• The important link between autism and intestinal dysbiosis.

  • Appropriate interpretation of available laboratory assessments of the intestinal microbiome.

  • The potential role of fecal microbial transplant in neurological diseases.

  • The influence of diet and other lifestyle choices on the microbiome as it relates to brain health and functionality.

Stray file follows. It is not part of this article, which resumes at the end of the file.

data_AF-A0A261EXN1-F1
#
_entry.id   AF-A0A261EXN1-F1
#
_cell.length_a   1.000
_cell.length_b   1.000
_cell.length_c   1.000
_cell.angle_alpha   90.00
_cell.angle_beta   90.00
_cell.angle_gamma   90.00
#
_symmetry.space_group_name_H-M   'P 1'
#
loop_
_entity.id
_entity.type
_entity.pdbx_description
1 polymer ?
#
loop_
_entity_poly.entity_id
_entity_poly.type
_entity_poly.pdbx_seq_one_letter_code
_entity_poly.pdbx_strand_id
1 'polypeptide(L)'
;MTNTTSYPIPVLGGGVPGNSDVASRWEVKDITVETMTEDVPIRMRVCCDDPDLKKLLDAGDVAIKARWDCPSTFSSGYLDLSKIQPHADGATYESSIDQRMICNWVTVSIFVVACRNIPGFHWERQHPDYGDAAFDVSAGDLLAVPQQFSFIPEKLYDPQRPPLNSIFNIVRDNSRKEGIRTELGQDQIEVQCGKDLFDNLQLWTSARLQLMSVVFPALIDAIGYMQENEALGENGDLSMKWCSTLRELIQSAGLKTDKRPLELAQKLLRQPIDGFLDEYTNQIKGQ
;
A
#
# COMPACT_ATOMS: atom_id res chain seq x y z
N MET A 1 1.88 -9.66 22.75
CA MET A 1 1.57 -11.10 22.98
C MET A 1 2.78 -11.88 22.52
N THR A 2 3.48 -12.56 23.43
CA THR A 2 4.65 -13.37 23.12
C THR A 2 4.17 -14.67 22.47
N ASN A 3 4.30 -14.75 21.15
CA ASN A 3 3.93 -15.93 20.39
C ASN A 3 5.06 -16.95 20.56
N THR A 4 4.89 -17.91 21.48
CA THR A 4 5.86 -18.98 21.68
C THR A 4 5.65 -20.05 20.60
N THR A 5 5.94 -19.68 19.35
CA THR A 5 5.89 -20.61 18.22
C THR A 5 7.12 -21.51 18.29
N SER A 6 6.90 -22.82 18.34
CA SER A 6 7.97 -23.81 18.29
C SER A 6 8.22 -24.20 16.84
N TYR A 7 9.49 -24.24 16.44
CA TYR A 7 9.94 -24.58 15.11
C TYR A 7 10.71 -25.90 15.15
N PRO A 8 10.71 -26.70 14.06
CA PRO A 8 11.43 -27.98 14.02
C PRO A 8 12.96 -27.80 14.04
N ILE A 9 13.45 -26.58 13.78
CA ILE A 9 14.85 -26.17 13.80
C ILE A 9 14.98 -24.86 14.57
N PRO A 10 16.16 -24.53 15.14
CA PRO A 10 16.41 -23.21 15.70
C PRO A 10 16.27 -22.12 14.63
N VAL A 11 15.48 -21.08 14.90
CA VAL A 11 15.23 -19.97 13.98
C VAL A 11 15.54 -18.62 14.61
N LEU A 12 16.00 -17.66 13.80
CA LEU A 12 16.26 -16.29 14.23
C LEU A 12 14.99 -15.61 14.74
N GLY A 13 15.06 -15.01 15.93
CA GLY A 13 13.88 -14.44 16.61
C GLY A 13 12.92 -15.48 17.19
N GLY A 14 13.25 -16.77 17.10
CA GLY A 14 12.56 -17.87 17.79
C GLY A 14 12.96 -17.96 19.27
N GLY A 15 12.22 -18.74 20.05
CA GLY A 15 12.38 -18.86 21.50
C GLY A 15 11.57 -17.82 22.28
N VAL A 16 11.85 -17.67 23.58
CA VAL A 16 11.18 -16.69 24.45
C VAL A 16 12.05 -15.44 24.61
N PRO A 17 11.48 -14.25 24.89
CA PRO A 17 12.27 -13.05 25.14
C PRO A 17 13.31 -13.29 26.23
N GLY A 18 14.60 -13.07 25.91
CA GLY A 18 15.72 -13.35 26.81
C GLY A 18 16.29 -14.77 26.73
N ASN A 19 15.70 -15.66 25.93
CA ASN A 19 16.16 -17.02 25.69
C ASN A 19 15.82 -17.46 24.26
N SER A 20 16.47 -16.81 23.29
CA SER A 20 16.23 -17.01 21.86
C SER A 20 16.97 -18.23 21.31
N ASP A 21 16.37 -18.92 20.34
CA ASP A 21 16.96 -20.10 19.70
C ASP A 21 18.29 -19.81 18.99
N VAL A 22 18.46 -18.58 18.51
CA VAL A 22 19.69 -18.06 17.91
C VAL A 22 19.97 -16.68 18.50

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CRC Press

1 Assessing the Microbiome—Current and Future Technologies and Applications

Thomas Gurry , Shrish Budree , Alim Ladha , Bharat Ramakrishna and Zain Kassam


Methods for Sequencing the Microbiome
16S rRNA Sequencing
Shotgun Metagenomic Sequencing
Generating Data from Samples
Common Descriptive Analysis Techniques for Microbiome Data
Diversity Analysis
Relative Abundance Plots
Functional Genomics
Critical Appraisal of Microbiome Data
Simple, Community-Level Analyses—16S rRNA Sequencing
Detailed Metagenomic Analyses—Shotgun Metagenomic Sequencing